This book explores the role played by civilians in shaping the outcomes of military combat across time and place. This volume explores the contributions civilians have made to warfare in case studies that range from ancient Europe to contemporary Africa and Latin America. Building on philosophical and legal scholarship, it explores the blurred boundary between combatant and civilian in different historical contexts and examines how the absence of clear demarcations shapes civilian strategic positioning and impacts civilian vulnerability to military targeting and massacre. The book argues that engagement with the blurred boundaries between combatant and non-combatant both advance the key analytical questions that underpin the historical literature on civilians and underline the centrality of civilians to a full understanding of warfare. The volume provides new insight into why civilian death and suffering has been so common, despite widespread beliefs embedded in legal and military codes across time and place that killing civilians is wrong. Ultimately, the case studies in the book show that civilians, while always victims of war, were nevertheless often able to become empowered agents in defending their own lives, and impacting the outcomes of wars. By highlighting civilian military agency and broadening the sense of which actors affect strategic outcomes, the book also contributes to a richer understanding of war itself.This book will be of much interest to students of military studies, international history, international relations and war and conflict studies.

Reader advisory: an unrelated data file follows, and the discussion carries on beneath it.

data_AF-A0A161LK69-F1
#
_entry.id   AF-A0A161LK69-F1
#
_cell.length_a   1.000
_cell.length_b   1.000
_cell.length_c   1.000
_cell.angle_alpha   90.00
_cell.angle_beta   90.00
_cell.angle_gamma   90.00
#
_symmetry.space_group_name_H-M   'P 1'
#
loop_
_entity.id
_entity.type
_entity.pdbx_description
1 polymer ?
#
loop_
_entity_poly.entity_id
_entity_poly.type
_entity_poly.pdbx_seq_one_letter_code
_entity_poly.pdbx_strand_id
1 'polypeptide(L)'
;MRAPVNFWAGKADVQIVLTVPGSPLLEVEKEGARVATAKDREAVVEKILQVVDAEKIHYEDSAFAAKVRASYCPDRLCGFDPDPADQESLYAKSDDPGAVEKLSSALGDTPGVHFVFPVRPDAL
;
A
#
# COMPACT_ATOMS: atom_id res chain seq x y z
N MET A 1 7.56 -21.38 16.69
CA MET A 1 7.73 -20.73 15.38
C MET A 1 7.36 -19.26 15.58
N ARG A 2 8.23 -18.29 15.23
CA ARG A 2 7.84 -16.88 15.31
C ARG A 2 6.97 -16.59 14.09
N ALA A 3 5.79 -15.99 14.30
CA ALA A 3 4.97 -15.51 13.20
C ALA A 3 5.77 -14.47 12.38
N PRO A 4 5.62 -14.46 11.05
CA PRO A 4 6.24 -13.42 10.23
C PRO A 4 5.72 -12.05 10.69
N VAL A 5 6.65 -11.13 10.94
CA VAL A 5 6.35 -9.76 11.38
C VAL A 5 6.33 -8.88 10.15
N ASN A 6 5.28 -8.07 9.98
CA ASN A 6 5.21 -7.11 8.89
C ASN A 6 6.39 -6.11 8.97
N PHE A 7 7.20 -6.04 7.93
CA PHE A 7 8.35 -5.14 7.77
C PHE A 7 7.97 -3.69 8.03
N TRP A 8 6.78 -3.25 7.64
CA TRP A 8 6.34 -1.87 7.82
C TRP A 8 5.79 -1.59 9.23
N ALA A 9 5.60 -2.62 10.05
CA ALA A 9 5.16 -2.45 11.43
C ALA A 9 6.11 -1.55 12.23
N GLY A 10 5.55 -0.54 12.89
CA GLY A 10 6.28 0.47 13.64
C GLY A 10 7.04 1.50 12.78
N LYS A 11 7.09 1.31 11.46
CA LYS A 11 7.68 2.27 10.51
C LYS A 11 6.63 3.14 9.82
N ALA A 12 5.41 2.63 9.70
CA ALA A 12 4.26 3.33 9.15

Rafbók / E-book
Civilians and Warfare in World History